Targeted at home and small office/home office (SOHO) users is the Windows Live Safety Center at This is a Web-based scanning service that automates many of the system cleanup tools that Windows XP includes. It also performs a virus scan and a port scan on the computer from which it's run. It’s not a precisely targeted computer repair tool because it supports only a full system scan or a limited scan targeted at a specific major area of the computer system.

Windows Live Safety Center, Windows Defender, and the Microsoft Malicious Software Removal Tool make up a troika of free software tools that protects consumers' computers from attacks that result from careless use of the Internet. In addition, Windows OneCare Live will offer a fee-based service to provide additional security and maintenance to home and SOHO Windows users.

If you're a corporate IT pro, you're probably thinking, "What about the big corporate environments?" Microsoft Client Protection is a malware solution for protecting clients and servers in the enterprise environment. It provides a set of tools you can automate that integrate the capabilities in Windows Defender and the Malicious Software Removal Tool. The Client Protection beta isn't public, but Microsoft expects to have the open beta available by third quarter 2006. For more information, go to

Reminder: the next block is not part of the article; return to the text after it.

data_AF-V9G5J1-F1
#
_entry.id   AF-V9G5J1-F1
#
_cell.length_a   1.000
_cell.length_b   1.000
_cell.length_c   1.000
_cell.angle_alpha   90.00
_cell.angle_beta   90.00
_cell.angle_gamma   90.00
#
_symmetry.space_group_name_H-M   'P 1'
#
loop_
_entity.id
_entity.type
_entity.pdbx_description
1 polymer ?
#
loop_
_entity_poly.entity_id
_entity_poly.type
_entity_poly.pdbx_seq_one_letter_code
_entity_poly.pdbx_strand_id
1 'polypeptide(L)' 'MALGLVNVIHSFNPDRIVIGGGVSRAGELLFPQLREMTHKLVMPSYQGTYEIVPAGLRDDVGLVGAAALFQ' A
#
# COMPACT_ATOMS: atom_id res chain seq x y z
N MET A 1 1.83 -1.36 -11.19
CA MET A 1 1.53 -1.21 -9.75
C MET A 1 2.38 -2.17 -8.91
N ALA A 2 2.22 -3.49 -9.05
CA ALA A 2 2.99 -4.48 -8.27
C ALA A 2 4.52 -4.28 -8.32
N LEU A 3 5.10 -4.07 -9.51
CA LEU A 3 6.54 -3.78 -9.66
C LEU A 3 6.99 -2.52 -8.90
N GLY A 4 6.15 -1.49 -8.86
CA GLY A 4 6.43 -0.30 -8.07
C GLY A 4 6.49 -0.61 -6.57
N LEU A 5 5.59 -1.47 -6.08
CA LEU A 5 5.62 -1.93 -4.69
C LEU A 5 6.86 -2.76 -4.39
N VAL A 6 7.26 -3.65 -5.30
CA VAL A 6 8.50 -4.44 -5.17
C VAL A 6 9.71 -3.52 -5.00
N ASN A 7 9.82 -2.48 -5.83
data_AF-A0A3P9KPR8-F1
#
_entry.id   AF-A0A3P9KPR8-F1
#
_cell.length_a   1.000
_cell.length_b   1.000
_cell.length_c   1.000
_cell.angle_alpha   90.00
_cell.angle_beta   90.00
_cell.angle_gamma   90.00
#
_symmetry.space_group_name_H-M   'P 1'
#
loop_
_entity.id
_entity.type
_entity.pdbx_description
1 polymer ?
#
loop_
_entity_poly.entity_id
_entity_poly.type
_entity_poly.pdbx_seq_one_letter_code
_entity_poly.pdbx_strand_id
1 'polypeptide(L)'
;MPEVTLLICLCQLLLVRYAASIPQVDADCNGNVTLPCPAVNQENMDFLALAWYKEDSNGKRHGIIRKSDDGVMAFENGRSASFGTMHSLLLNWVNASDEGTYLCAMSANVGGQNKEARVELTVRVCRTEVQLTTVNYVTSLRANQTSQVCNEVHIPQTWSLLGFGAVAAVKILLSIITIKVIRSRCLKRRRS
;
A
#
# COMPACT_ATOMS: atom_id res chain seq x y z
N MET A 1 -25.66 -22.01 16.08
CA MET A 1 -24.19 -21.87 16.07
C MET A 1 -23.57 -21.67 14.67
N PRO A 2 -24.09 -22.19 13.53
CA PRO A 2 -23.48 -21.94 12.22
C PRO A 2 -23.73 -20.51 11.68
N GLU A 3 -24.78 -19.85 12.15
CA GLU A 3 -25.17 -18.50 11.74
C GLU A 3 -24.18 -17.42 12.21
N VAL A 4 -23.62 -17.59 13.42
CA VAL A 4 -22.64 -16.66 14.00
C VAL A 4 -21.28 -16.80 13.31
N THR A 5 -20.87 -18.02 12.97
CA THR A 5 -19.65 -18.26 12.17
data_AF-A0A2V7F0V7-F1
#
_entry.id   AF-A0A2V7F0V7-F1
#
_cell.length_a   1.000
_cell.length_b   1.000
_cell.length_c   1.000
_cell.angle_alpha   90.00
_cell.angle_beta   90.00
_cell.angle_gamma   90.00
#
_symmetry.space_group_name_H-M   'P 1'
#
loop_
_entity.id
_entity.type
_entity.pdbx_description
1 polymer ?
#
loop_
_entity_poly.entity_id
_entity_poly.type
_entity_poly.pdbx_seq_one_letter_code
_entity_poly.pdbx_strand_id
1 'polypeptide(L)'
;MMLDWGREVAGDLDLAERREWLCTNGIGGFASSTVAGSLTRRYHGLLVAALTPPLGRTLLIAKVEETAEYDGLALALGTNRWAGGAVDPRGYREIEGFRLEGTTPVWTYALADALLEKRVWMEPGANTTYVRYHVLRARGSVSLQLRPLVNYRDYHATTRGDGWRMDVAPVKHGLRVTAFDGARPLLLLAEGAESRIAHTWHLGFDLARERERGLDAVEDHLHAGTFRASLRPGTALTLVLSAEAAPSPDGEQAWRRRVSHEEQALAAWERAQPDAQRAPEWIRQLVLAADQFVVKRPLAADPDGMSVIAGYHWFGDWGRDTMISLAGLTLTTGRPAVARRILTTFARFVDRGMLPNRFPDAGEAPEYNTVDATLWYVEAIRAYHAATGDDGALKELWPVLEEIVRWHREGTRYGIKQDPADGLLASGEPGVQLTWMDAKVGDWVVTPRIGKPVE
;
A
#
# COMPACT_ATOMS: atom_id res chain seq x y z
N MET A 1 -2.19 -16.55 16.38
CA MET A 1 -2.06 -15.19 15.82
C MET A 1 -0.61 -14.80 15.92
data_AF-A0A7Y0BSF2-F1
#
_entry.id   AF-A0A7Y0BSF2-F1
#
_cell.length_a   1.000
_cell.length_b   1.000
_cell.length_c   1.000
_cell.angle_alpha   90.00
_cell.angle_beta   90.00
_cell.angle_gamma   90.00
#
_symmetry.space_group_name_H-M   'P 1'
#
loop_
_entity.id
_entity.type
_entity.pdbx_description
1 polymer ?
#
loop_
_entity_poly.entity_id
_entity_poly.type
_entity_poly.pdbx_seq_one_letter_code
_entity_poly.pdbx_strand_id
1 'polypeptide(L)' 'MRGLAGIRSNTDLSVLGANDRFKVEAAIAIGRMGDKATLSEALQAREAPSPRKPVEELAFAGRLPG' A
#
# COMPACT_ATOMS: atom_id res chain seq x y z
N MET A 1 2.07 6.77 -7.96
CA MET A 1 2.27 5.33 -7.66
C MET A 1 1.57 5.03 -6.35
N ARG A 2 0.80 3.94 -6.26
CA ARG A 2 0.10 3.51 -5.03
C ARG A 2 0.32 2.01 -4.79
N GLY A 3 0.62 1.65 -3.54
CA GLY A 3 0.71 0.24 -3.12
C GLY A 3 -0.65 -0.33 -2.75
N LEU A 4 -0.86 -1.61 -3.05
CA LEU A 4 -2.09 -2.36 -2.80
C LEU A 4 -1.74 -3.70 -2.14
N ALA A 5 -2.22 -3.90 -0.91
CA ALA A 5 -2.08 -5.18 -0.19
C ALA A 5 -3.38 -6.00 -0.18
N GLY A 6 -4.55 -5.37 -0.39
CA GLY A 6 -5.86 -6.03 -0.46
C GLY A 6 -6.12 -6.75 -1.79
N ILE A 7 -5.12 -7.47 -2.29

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==== 2. Reader Challenge ====
by Kathy Ivens, [email protected]
February 2006 Reader Challenge Winners